Project description:Light transmission aggregometry (LTA) can be performed with microtiter plates (96-well LTA). When conducting LTA, an agonist is added to platelet-rich plasma and the sample is shaken for minutes after which absorbance readings are done. Platelet aggregation is detected as decrease in absorbance. However, the classical method is cumbersome and therefore microtiter plates can be used for concomitant testing of multiple samples. Furthermore, it would be convenient to prepare the plate in advance of platelet aggregation testing. Aim: The aim of the present study was to establish a simplified 96-well LTA protocol, where plates were pre-coated with agonists and stored at -80 C until use.We developed and validated a protocol for 96-well LTA using a Victor X5 plate reader and pre-coated microtiter plates. The minimum requirement of platelet-rich plasma was 45 ?L per sample and the sample platelet count should not be below 100 x109/L. Optimal absorbance reading was 595 nm wavelengths. Platelet aggregation results were higher at 37°C than at room temperature. Platelet adherence to wells after stimulation was observed; it was not avoided by pre-coating of the wells with gelatin. A range of up to 7 concentrations for each agonist (collagen, arachidonic acid, adenosine diphosphate, thrombin receptor-activating peptide and protease-activated receptor-4) was tested concomitantly. A transient rise in platelet aggregation was observed after 2 minutes of shaking in some samples with low agonist concentration, and platelet aggregation was optimal after 10 minutes of shaking for samples with high agonist concentration. Plates could be stored at -80°C for 15 days without significant change in the platelet aggregation results.The 96-well LTA is suitable for platelet aggregation testing and a range of agonist concentrations can be concomitantly tested.
Project description:In this paper, ultrasonic-enhanced replacement of lead by zinc in lead leaching solution was studied. The effects of reaction time, rotational speed, temperature, concentration of leaching solution and the ratio of the surface area of the zinc plate immersed in the leaching solution to the volume of leaching solution (S : V) were studied under both conventional and ultrasonic conditions. The optimum ultrasonic-assisted replacement conditions were as follows: the S : V of 0.04 (4 cm2 100 ml-1), reaction temperature of 30°C, replacement time of 30 min and the concentration of leaching solution is 5 g l-1, leading to a lead replacement rate of 94.84%. Compared with the conventional replacement process, the reaction time of ultrasonic-enhanced substitution could be reduced to one half, and the demand of reaction temperature, leaching solution concentration and other conditions were decreased accordingly. Introducing ultrasonic into the replacement reaction is promising to reduce the energy consumption in the hydrometallurgical industry also caters to the demands of environment protection.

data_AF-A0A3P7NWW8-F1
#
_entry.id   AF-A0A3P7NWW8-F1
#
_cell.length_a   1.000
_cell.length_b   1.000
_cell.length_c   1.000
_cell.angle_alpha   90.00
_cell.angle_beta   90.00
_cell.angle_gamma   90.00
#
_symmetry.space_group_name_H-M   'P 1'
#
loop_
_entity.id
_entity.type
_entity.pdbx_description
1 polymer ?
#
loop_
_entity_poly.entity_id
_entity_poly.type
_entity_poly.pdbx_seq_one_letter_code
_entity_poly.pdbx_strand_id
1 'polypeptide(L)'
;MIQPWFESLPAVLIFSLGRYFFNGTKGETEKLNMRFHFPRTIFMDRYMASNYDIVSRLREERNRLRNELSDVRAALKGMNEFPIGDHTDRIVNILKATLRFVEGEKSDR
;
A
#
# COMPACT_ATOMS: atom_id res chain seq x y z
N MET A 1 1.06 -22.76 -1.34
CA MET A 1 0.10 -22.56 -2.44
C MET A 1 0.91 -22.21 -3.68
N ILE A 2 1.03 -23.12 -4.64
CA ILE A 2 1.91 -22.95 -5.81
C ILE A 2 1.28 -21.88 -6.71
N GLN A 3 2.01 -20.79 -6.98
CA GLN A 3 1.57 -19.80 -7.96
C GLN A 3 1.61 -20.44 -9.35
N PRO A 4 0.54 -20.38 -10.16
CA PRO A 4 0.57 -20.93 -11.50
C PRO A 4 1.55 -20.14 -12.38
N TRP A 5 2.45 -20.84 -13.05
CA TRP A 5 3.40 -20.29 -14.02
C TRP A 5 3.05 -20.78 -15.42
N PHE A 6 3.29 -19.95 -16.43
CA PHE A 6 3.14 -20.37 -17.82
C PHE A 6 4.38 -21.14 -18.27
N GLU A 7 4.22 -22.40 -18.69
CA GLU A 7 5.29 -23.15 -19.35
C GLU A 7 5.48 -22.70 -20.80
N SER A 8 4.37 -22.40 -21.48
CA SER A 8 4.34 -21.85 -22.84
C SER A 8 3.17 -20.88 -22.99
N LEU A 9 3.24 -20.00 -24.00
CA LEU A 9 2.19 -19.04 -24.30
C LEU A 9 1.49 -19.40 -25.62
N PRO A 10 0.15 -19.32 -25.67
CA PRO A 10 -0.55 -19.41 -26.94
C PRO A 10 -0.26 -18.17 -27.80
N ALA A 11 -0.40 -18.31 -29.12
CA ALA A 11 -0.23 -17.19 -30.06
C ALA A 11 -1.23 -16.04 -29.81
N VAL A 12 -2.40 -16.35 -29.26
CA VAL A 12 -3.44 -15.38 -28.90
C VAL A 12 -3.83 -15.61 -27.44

Project description:The refractory tungsten alloys with high ductility/strength/plasticity are highly desirable for a wide range of critical applications. Here we report an interface design strategy that achieves 8.5?mm thick W-0.5?wt. %ZrC alloy plates with a flexural strength of 2.5?GPa and a strain of 3% at room temperature (RT) and ductile-to-brittle transition temperature of about 100?°C. The tensile strength is about 991?MPa at RT and 582?MPa at 500?°C, as well as total elongation is about 1.1% at RT and as large as 41% at 500?°C, respectively. In addition, the W-ZrC alloy plate can sustain 3.3?MJ/m(2) thermal load without any cracks. This processing route offers the special coherent interfaces of grain/phase boundaries (GB/PBs) and the diminishing O impurity at GBs, which significantly strengthens GB/PBs and thereby enhances the ductility/strength/plasticity of W alloy. The design thought can be used in the future to prepare new alloys with higher ductility/strength.